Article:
Figure 3: Normalized isothermal hysteresis loops at 300 K for LSMO films grown on (a) STO, (c) LSAT and (e) LAO substrates, and for BTO/LSMO bilayers grown on (b) STO, (d) LSAT and (f) LAO substrates with applied field along [100] (black squares), [010] (red triangles), and [110] (blue circle) in-plane directions.

Figure 4 displays polar magnetization plots of Mr/Ms as a function of the in-plane applied magnetic field at 300 K for a LSMO layer and for BTO/LSMO bilayers grown on different substrates and LSMO thicknesses. Figure 4a shows polar plots for a 27 nm LSMO layer (black squares) and BTO (140 nm)/LSMO (27 nm) on STO; Figure 4b BTO (140 nm)/LSMO (27 nm) bilayers grown on STO (green triangles), LAO (purple diamonds), and LSAT (blue pentagons); Figure 4c BTO (140 nm)/LSMO (tLSMO) bilayer grown on STO with tLSMO = 20 nm (blue circles), 27 nm (green triangles) and 40 nm (black squares). For the LSMO/STO system (Figure 4a), we observe that the in-plane magnetic anisotropy shows a four-fold shape suggesting a predominant biaxial anisotropy with magnetization easy axes along four in-plane diagonal directions ([110], [110], [110] and [110]). This type of biaxial anisotropy has been observed in virtually unstrained, and tensile-strained LSMO films grown on cubic-crystal substrate [15,19,38-43]. A similar four-fold shape was also observed in single layers (not shown here) and bilayers (Figure 4b) grown on LSAT and LAO, indicating that the biaxial anisotropy is preserved after the deposition of the BTO layer.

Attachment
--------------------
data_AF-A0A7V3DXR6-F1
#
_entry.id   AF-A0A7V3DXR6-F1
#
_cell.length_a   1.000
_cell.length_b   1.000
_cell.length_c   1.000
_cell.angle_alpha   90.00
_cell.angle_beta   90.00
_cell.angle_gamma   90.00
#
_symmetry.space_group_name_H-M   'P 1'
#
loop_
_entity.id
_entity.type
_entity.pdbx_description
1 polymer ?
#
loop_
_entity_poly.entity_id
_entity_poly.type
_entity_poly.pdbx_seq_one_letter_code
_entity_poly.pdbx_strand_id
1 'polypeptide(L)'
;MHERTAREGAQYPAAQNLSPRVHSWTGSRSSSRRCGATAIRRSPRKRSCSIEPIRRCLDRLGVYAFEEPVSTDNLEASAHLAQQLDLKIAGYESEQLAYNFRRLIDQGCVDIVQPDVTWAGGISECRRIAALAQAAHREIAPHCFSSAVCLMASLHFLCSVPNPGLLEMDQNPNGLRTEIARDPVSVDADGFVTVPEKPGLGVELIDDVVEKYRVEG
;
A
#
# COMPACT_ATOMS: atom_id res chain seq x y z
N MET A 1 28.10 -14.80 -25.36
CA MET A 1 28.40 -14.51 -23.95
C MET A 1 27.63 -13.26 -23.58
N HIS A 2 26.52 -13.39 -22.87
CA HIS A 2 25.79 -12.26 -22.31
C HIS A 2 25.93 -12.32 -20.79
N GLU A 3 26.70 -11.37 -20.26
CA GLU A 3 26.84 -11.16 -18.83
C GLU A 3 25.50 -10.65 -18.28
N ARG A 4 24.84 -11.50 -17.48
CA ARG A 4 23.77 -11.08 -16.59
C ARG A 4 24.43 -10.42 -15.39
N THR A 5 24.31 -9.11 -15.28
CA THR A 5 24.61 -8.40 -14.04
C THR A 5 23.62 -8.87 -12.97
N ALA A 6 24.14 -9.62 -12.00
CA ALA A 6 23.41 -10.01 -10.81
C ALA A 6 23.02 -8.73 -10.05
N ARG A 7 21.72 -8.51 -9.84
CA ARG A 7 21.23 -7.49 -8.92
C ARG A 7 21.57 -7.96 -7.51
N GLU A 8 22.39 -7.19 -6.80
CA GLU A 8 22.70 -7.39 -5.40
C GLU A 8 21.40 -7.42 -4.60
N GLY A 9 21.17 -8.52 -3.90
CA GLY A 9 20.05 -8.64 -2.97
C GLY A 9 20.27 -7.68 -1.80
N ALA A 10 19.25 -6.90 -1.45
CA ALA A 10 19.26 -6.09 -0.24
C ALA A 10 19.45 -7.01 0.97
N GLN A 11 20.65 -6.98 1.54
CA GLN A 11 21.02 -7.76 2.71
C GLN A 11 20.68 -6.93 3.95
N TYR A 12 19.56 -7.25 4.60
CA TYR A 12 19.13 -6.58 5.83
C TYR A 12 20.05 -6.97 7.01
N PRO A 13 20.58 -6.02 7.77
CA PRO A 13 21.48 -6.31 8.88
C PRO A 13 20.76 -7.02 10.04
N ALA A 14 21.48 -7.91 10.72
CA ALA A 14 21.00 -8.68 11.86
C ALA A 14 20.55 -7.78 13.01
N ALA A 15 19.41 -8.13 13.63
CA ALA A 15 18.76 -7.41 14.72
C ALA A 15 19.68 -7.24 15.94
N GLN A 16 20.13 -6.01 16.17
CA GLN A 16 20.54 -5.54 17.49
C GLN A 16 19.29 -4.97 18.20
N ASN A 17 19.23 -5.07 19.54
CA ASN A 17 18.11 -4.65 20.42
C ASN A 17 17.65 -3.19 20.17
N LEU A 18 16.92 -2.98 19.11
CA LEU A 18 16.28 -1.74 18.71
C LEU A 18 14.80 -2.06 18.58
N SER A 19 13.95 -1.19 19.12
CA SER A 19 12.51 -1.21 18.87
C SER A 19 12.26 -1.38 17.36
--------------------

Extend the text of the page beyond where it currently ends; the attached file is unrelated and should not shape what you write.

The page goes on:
Figure 4: Polar plots of the normalized remnant magnetization, at 300 K, for (a) LSMO (27 nm) layer (black stars) and BTO/LSMO bilayer (green triangles) grown on STO; (b) BTO/LSMO bilayers grown on STO (green triangles), LAO (purple diamonds), and LSAT (dark cyan pentagons) substrates; (c) BTO/ LSMO bilayer with tLSMO = 20 nm (blue circles), 27 nm (green triangles) and 40 nm (black squares). Continuous red lines correspond to numerical fits.

Interestingly, the plots show how the four-fold shape in the LSMO film grown on STO (Figure 4a) is transformed into a two-fold shape in the bilayer, with in-plane easy axis along the [010] and [010] directions. Such unexpected change could reflect that a 140 nm-thick BTO layer grown onto a 27 nm-thick tensile-strained LSMO film distorts its biaxial magnetic anisotropy. Moreover, a similar measurement in bilayers (where we varied the thickness of the LSMO film from 20 to 40 nm, keeping constant the 140 nm thickness of the BTO layer, Figure 4c) proved that a predominant uniaxial anisotropy is still present in LSMO films up to 40 nm thickness.